How to set up a UE4 C++ project to work with SkookumScript


Making your C++ project work with SkookumScript (i.e. how to use UCLASS, UFUNCTION. UPROPERTY and UENUM macros in your own C++ code and have the reflected types appear in SkookumScript) requires making a few modifications to some source and build files. Follow this guide and you should have it working in no time.

  1. Please download the FireBot sample project from our downloads page. It is an example C++ project that uses SkookumScript, and we will use it as a reference.
  2. Start by creating a new file named SkookumScript.ini in your project’s Config folder. We recommend you copy it from the FireBot project and modify it. In SkookumScript.ini, you specify (repeat several times to specify multiple items of the same kind)
  • +ScriptSupportedModules to tell SkookumScript for which module to generate bindings (this is usually just one module - your main game module)
  • +AdditionalIncludes to specify additional include files to include to make the binding code work (this is sometimes necessary as UE4 header files very often do not include all necessary sub-includes and will simply not compile unless used in a “magic order” which is hard to get perfect)
  • +SkipClasses to specify the name of classes or structs that you do not want to reflect to SkookumScript
  • +RenameClasses and +RenameProperties to resolve name conflicts when mapping UE4 Blueprints to SkookumScript code (see here for details)
  1. Important: In UE 4.15 and below, whenever you make changes to SkookumScript.ini, you need to Clean UnrealHeaderTool (or temporarily add a blank line to any header file containing UCLASS or UFUNCTION macros) to pick up the changes. In UE 4.16 and above, the build system automatically detects the changes and triggers the appropriate build steps.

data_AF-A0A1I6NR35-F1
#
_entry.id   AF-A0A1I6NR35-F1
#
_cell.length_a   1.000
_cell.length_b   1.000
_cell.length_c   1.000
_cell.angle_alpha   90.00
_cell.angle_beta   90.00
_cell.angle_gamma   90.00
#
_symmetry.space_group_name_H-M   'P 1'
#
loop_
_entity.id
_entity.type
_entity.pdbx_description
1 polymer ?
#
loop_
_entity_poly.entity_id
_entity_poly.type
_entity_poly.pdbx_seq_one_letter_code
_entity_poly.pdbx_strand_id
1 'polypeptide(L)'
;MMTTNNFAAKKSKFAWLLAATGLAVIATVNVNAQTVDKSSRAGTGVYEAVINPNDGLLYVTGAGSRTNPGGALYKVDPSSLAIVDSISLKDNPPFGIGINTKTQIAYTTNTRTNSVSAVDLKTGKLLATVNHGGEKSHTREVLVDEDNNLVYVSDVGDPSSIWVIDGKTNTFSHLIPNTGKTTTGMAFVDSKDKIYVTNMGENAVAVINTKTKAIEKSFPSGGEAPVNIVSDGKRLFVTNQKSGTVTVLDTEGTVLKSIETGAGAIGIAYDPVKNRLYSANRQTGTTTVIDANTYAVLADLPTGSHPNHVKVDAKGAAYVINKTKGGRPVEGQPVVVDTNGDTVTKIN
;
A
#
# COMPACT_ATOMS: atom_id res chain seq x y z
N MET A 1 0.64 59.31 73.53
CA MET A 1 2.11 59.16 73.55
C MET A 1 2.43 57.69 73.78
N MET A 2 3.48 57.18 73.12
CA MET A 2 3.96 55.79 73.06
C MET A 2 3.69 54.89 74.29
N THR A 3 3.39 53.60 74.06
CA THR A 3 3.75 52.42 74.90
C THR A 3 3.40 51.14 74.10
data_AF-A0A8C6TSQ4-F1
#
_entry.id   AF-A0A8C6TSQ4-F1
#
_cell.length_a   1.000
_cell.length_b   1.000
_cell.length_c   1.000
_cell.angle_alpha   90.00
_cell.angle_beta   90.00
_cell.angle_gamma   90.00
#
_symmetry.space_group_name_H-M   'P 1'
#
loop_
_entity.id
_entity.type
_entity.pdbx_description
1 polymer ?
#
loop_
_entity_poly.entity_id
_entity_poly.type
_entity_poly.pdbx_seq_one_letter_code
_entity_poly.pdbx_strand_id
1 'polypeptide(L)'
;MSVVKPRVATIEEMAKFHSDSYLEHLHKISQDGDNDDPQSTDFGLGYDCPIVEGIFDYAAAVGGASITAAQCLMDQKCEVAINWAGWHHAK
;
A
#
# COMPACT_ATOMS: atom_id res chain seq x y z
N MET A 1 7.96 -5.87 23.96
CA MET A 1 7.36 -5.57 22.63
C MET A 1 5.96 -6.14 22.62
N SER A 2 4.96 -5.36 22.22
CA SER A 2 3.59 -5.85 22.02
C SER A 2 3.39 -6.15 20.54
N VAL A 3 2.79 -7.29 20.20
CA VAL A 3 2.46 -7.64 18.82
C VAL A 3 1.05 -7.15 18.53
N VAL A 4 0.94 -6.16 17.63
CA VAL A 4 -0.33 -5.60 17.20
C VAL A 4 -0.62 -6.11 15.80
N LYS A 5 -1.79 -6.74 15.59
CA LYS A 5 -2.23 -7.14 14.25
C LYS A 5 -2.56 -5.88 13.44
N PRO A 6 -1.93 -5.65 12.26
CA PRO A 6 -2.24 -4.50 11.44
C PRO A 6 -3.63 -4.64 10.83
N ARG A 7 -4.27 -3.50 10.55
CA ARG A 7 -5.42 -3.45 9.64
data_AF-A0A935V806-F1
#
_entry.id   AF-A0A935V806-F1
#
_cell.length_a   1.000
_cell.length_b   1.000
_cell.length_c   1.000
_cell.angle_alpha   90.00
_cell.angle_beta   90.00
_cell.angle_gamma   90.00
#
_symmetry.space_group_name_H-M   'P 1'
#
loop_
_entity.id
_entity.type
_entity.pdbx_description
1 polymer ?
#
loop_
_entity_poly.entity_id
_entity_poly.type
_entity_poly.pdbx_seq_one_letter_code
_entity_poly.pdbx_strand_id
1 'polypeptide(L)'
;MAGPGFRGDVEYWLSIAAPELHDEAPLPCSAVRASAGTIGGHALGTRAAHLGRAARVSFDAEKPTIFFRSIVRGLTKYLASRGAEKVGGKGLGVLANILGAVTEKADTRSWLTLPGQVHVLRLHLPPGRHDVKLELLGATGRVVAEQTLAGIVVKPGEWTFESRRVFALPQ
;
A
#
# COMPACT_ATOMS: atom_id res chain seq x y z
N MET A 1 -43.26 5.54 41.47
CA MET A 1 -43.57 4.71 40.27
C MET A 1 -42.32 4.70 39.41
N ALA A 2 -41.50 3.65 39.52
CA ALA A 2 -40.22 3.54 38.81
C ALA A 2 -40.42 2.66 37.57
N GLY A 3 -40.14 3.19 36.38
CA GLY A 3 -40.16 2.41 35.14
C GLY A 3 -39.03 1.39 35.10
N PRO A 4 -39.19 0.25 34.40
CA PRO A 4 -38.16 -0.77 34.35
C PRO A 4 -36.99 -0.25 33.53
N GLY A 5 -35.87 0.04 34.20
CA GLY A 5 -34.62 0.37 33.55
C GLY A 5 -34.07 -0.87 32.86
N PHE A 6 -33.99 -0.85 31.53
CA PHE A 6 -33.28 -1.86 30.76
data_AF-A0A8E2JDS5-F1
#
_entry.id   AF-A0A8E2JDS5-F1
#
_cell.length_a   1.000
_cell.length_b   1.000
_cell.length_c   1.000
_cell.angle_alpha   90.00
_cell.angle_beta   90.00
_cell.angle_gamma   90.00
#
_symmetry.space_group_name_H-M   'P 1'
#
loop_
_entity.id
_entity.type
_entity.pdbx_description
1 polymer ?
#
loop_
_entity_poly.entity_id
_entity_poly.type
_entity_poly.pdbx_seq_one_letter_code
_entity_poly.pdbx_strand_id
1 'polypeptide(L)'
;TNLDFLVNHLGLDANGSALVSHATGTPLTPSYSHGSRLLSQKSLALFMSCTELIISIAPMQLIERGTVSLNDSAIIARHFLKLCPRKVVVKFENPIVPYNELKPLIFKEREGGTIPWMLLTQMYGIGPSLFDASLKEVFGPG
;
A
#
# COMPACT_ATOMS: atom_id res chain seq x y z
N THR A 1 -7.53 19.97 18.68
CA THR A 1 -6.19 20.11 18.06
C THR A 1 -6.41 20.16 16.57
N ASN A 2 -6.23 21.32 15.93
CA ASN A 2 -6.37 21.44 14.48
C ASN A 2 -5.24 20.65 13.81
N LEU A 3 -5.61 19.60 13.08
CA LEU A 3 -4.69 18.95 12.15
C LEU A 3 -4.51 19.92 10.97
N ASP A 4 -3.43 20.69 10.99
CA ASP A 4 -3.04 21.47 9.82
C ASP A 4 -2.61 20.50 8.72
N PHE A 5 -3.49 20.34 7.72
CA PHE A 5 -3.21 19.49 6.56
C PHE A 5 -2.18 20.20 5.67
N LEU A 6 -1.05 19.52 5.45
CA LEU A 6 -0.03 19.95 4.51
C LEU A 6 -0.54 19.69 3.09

2. In your game module main cpp file (usually named YourGame.cpp) add the following include file:
    #include <SkUEProjectGeneratedBindings.generated.inl>
  3. In your game module’s MyGame.Build.cs script file
    • add the following imports to the top of the file: using System.IO; using System.Collections.Generic; using Tools.DotNETCommon;
    • add the following code to the constructor:
      PrivateDependencyModuleNames.AddRange(GetSkookumScriptModuleNames(Path.Combine(ModuleDirectory, "../..")));
    • add the definition of the function GetSkookumScriptModuleNames() itself (see the FireBot sample project’s FireBot.Build.cs file for an example)
  4. If you are using UE 4.15 or below, Clean UnrealHeaderTool (or temporarily add a blank line to any header file containing UCLASS or UFUNCTION macros) to manually trigger a re-run of UnrealHeaderTool
  5. Build your game project

This should be all that’s needed for you to start using UCLASS(), UFUNCTION() etc. macros and see the respective SkookumScript classes appear in the IDE!

Hope this helps! Don’t hesitate to let us know if you have any more questions.

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Thank you for this guide! I had come across :sk: earlier this year and liked what I saw, but struggled getting it working with a c++ project and left it for the time.

But with your updates since then and this post, it’s all good now and I’m really liking it so far. Great to see all the support you guys provide in the forums too.